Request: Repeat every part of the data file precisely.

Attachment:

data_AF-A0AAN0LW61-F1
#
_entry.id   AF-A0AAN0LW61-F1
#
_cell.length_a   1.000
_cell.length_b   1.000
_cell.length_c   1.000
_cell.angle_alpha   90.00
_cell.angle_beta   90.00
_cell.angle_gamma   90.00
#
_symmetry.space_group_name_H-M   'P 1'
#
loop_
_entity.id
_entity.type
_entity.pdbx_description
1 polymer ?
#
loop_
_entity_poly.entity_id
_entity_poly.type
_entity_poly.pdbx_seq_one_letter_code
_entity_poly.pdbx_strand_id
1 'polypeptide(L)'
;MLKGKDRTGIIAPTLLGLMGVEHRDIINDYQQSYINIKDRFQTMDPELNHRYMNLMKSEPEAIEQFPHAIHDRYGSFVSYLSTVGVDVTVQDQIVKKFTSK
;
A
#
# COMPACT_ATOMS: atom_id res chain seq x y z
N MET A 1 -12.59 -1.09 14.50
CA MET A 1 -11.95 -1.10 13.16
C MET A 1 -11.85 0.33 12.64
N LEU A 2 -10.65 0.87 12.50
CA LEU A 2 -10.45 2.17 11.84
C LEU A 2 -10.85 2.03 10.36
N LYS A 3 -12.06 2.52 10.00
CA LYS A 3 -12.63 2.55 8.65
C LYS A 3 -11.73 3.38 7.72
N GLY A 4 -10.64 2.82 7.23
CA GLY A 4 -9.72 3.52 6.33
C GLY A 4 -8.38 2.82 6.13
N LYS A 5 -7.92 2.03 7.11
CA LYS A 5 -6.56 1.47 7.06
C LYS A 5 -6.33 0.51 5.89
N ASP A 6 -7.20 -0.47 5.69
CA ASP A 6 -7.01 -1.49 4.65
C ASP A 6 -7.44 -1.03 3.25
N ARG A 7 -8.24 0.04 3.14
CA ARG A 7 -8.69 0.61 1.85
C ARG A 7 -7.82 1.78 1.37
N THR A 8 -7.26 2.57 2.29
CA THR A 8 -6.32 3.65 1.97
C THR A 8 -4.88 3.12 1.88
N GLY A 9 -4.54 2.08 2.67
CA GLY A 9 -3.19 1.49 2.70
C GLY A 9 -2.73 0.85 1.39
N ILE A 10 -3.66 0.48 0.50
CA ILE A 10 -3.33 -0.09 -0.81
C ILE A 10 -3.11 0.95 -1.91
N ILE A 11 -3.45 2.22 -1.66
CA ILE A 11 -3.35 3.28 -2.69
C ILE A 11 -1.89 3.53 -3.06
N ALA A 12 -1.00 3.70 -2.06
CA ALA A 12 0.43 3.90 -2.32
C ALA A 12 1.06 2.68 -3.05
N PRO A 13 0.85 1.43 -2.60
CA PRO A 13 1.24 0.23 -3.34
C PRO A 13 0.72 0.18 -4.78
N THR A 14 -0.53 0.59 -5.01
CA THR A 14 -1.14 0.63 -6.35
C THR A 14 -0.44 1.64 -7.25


data_AF-A0AAN0LW61-F1
#
_entry.id   AF-A0AAN0LW61-F1
#
_cell.length_a   1.000
_cell.length_b   1.000
_cell.length_c   1.000
_cell.angle_alpha   90.00
_cell.angle_beta   90.00
_cell.angle_gamma   90.00
#
_symmetry.space_group_name_H-M   'P 1'
#
loop_
_entity.id
_entity.type
_entity.pdbx_description
1 polymer ?
#
loop_
_entity_poly.entity_id
_entity_poly.type
_entity_poly.pdbx_seq_one_letter_code
_entity_poly.pdbx_strand_id
1 'polypeptide(L)'
;MLKGKDRTGIIAPTLLGLMGVEHRDIINDYQQSYINIKDRFQTMDPELNHRYMNLMKSEPEAIEQFPHAIHDRYGSFVSYLSTVGVDVTVQDQIVKKFTSK
;
A
#
# COMPACT_ATOMS: atom_id res chain seq x y z
N MET A 1 -12.59 -1.09 14.50
CA MET A 1 -11.95 -1.10 13.16
C MET A 1 -11.85 0.33 12.64
N LEU A 2 -10.65 0.87 12.50
CA LEU A 2 -10.45 2.17 11.84
C LEU A 2 -10.85 2.03 10.36
N LYS A 3 -12.06 2.52 10.00
CA LYS A 3 -12.63 2.55 8.65
C LYS A 3 -11.73 3.38 7.72
N GLY A 4 -10.64 2.82 7.23
CA GLY A 4 -9.72 3.52 6.33
C GLY A 4 -8.38 2.82 6.13
N LYS A 5 -7.92 2.03 7.11
CA LYS A 5 -6.56 1.47 7.06
C LYS A 5 -6.33 0.51 5.89
N ASP A 6 -7.20 -0.47 5.69
CA ASP A 6 -7.01 -1.49 4.65
C ASP A 6 -7.44 -1.03 3.25
N ARG A 7 -8.24 0.04 3.14
CA ARG A 7 -8.69 0.61 1.85
C ARG A 7 -7.82 1.78 1.37
N THR A 8 -7.26 2.57 2.29
CA THR A 8 -6.32 3.65 1.97
C THR A 8 -4.88 3.12 1.88
N GLY A 9 -4.54 2.08 2.67
CA GLY A 9 -3.19 1.49 2.70
C GLY A 9 -2.73 0.85 1.39
N ILE A 10 -3.66 0.48 0.50
CA ILE A 10 -3.33 -0.09 -0.81
C ILE A 10 -3.11 0.95 -1.91
N ILE A 11 -3.45 2.22 -1.66
CA ILE A 11 -3.35 3.28 -2.69
C ILE A 11 -1.89 3.53 -3.06
N ALA A 12 -1.00 3.70 -2.06
CA ALA A 12 0.43 3.90 -2.32
C ALA A 12 1.06 2.68 -3.05
N PRO A 13 0.85 1.43 -2.60
CA PRO A 13 1.24 0.23 -3.34
C PRO A 13 0.72 0.18 -4.78
N THR A 14 -0.53 0.59 -5.01
CA THR A 14 -1.14 0.63 -6.35
C THR A 14 -0.44 1.64 -7.25